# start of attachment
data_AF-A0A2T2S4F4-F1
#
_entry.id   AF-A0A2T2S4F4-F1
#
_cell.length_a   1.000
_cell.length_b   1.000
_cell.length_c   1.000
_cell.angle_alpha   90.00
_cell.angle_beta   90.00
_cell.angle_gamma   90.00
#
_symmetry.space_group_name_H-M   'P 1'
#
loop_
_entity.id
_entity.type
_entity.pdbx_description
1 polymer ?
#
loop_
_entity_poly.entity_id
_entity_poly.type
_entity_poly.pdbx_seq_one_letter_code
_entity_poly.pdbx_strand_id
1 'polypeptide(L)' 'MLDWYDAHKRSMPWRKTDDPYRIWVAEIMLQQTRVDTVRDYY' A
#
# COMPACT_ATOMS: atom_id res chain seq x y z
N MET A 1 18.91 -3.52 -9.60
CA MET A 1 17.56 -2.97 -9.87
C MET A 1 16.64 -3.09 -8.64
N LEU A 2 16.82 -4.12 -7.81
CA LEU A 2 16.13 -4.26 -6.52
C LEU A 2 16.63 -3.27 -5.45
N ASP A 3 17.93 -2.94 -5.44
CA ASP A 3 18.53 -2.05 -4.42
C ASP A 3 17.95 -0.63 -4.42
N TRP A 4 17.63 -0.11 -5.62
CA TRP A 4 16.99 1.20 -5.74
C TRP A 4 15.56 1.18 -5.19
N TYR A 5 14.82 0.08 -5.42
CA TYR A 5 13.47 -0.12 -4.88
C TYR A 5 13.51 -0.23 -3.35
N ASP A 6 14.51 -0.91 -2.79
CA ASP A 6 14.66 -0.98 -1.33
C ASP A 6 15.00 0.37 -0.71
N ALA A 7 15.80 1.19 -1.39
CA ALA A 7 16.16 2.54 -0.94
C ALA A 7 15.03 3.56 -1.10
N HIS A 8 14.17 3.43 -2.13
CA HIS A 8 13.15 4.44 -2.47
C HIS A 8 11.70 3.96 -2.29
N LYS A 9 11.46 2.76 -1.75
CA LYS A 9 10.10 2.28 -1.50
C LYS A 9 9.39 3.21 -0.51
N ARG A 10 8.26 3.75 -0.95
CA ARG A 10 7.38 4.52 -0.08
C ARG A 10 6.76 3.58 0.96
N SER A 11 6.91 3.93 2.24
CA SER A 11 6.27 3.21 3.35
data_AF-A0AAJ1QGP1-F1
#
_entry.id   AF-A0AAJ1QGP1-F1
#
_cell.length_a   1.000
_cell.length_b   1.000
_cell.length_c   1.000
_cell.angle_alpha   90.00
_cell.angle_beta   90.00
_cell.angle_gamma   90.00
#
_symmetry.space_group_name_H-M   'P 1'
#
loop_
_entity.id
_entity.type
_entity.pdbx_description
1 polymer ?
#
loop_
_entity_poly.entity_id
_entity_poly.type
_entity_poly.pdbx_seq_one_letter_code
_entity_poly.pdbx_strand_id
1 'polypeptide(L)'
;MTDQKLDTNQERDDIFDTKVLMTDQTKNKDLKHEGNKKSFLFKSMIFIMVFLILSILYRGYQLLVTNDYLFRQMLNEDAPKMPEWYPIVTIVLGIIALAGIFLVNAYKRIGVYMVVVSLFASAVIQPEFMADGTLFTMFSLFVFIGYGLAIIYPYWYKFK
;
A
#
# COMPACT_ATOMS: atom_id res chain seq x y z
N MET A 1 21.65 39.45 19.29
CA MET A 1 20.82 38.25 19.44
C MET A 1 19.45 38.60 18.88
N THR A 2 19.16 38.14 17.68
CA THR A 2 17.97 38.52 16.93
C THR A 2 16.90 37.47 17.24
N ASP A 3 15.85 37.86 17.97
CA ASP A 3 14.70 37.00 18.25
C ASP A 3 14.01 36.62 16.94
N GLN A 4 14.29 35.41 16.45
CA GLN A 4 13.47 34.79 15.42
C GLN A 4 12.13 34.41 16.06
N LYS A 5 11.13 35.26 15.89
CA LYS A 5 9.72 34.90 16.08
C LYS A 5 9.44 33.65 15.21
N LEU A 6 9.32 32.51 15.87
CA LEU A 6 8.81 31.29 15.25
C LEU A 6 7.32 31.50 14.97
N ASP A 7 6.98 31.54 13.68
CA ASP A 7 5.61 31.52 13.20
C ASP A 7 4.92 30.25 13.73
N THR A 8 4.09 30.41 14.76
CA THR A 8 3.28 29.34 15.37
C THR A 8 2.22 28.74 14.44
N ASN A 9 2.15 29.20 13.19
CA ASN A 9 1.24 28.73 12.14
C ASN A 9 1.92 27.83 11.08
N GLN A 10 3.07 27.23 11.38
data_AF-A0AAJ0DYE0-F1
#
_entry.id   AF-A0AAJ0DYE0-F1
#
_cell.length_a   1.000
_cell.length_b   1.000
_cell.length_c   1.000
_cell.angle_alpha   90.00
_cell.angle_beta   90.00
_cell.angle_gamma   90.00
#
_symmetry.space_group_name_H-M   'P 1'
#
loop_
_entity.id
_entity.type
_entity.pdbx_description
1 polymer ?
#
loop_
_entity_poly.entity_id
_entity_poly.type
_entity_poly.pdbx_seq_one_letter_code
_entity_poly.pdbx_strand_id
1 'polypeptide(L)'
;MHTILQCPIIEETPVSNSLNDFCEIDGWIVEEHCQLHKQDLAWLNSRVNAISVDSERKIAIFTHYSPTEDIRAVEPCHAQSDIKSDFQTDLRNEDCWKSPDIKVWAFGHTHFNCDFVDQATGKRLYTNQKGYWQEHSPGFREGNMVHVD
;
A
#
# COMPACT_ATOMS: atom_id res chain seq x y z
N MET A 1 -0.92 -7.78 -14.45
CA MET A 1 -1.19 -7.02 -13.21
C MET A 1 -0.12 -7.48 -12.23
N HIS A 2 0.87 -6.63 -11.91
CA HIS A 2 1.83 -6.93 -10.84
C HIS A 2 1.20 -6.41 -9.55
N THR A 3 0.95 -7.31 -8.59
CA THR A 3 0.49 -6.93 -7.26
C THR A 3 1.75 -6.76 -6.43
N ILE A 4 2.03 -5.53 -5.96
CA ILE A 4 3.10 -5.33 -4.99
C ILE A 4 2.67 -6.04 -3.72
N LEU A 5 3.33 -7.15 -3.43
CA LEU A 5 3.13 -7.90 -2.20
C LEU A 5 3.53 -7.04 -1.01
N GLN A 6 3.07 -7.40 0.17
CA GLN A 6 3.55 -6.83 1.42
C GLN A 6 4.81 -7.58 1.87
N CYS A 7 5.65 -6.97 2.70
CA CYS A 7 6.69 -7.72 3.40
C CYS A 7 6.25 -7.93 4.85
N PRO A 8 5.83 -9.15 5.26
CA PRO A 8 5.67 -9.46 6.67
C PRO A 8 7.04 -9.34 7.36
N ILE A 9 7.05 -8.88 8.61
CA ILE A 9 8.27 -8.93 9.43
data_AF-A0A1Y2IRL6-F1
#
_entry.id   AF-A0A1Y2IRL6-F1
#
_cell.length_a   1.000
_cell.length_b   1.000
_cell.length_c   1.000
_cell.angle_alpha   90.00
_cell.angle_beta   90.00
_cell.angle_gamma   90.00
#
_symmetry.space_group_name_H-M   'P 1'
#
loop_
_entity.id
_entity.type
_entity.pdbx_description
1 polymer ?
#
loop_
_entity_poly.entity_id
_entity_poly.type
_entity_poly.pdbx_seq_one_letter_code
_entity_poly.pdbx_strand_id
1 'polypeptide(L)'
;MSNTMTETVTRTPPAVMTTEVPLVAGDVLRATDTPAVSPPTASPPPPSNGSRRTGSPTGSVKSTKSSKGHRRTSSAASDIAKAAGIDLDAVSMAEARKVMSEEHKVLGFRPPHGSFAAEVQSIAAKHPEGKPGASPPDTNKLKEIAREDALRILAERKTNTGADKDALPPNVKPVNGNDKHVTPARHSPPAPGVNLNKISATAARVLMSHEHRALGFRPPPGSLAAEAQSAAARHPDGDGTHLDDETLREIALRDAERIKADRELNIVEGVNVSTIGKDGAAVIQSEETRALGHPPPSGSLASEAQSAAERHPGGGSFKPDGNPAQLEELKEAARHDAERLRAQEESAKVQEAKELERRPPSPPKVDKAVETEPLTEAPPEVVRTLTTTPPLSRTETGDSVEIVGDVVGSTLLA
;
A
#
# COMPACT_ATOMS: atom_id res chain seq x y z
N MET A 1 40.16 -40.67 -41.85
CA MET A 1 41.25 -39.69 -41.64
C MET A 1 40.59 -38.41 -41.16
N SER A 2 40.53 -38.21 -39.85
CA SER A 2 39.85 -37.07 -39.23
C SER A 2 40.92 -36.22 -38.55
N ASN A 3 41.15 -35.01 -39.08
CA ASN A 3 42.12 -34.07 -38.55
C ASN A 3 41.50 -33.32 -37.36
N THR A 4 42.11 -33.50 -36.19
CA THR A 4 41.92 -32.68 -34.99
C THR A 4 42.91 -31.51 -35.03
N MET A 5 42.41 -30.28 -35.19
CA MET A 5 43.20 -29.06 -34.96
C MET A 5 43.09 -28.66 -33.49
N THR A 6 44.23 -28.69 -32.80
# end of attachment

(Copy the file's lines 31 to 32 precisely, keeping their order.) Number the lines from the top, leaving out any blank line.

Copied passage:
N LEU A 2 16.82 -4.12 -7.81
CA LEU A 2 16.13 -4.26 -6.52